I’ve just made available an updated version of the Sega Megadrive / Genesis core for the Turbo Chameleon 64. The only change is to the joystick handling – I’ve untangled the joystick directions and remapped the buttons slightly.
There’s still not a lot of point in using a traditional 1-button C64 joystick with this, but I’ve also fixed a bug in my previous attempt which prevented the CDTV infra-red controller from working. This does now work, and the buttons are mapped as follows:
Play / Pause => Megadrive Start
Volume Up => Megadrive A
A => Megadrive B
B => Megadrive C
I’ve mapped Volume UP to button A simply because it physically feels in the right place. The CDTV pad isn’t super-responsive, so trying to use for serious gameplay is an exercise in frustration, but it does work, and the controllers are readily available from AmigaKit.
The new core can be found here: fpgagen_chameleon_20180305.zip
Well it’s been nearly a year since my last post, and in the break between Christmas and New Year I once again have a few spare hours to tinker with projects. I’ve used a few of these to get the MIST Sega Genesis / Megadrive core working, at last, on the Chameleon 64.
In the Christmas break I’ve finally found a little bit of time to tinker with FPGAs again. Not enough to tackle anything major, but I’ve done a little bit of bug fixing on the OneChipMSX core.
Or so I thought. Continue reading
One of the challenges I’ve faced in the ZPUDemos project is keeping the various targets up to date. When I add a peripheral to – for example – the SDBootstrap SOC, I have to modify each and every target’s project file to match, and it’s very easy to lose track of which ones have been updated and which ones haven’t.
ZPUDemos currently supports no fewer than eight different target boards, and contains eleven different projects – that’s a lot of project files!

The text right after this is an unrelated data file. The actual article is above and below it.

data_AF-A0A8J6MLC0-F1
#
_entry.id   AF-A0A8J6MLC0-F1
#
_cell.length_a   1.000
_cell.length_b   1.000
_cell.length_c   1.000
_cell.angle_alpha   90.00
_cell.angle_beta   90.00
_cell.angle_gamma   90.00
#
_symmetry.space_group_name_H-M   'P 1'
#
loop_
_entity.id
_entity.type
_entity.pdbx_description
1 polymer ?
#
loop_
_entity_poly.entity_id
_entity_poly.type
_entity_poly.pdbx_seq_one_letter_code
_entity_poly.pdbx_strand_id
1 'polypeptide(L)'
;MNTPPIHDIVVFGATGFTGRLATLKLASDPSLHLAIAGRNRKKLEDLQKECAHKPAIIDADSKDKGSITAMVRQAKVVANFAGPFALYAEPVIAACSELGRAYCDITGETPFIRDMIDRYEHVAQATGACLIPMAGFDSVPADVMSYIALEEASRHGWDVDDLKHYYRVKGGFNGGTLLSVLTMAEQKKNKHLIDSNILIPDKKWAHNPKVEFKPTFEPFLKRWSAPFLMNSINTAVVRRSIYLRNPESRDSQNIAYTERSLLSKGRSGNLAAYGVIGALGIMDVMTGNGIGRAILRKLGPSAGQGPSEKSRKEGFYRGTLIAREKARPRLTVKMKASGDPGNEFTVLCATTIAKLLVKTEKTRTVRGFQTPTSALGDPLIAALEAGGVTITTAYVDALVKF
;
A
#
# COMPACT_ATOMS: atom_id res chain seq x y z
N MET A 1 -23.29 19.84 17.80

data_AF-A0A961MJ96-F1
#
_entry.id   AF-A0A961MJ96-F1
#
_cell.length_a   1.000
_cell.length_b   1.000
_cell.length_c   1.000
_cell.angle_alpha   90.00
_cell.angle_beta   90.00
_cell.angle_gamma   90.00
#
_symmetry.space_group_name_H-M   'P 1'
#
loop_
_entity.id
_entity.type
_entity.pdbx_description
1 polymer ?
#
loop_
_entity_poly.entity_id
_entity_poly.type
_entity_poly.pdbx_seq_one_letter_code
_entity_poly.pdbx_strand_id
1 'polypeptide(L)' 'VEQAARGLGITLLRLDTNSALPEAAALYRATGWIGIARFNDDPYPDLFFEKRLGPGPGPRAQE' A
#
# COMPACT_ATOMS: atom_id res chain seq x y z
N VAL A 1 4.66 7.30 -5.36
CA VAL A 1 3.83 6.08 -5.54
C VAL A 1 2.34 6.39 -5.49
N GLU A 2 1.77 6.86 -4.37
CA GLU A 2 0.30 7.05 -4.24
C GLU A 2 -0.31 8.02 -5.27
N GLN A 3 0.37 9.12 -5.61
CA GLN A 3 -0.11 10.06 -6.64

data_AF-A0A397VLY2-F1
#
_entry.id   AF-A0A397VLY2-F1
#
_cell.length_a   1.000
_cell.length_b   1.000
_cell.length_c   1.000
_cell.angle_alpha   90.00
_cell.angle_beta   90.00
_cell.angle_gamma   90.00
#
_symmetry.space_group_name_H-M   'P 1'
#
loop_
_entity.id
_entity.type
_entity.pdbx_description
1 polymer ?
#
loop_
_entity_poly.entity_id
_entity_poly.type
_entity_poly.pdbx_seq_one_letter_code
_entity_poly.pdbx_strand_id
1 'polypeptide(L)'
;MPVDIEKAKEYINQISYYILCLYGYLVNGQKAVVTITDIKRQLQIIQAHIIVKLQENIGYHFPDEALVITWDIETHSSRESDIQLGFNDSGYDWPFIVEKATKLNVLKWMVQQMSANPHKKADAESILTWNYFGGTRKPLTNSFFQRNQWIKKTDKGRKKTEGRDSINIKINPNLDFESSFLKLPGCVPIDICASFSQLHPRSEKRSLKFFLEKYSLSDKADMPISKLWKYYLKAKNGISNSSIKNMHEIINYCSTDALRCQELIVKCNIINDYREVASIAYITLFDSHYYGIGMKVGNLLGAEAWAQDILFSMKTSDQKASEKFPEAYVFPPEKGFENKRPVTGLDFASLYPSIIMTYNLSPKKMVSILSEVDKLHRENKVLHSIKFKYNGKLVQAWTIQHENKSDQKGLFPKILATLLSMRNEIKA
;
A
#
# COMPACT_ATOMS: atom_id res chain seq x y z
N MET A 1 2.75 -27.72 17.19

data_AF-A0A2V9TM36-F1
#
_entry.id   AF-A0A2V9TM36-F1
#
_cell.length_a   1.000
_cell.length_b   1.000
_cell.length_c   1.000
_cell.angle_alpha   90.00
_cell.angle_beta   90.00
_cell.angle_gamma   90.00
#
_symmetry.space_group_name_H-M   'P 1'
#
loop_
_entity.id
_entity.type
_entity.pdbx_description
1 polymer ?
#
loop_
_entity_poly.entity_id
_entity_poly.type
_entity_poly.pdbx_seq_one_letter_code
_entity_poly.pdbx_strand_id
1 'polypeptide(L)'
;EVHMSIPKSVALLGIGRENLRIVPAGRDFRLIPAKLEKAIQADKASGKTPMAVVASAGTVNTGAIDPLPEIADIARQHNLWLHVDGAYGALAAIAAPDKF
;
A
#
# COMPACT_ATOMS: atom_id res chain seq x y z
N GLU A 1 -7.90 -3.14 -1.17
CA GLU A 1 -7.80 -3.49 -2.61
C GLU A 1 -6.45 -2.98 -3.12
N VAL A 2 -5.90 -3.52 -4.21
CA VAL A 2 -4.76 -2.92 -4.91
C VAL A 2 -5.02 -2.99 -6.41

In an attempt to make this more manageable, I’ve written some scripts to generate project files automatically, from a list of RTL files, and a board-specific template file. I’ve taken the opportunity to clean up the whole project, too, so the directory structure is more logical. Continue reading
It’s good to be able to report that the upstream ZPU project – and also the toolchain – has officially moved from its previous home to github, so the source for the GCC port can now be found here: https://github.com/zylin/zpugcc\
Better yet, this repo contains the various build fixes needed to compile this old version of GCC on a modern Linux system, so much of my previous “Setting up the toolchain” post is no longer relevant, and has been updated accordingly.
Part 7 – Loading data from SD card.
In this part of the series I’m going to look at the most useful aspect of the control module – using it load data from SD card and pass it to the host core.
To make a meaningful demonstration, the host core needed to be able to do something with the received data, so I’ve pulled in the SDRAM controller and VGA framebuffer from the ZPUDemos project. What I’ve called the “host core”, the part of the project which the ZPU-based control module is supporting, is now capable of displaying a 640x480x16-bit VGA screen from SDRAM, and as such the project is now quite a bit more complicated; however, the only new file needed by the control module itself is spi.vhd which handles communication with the SD card.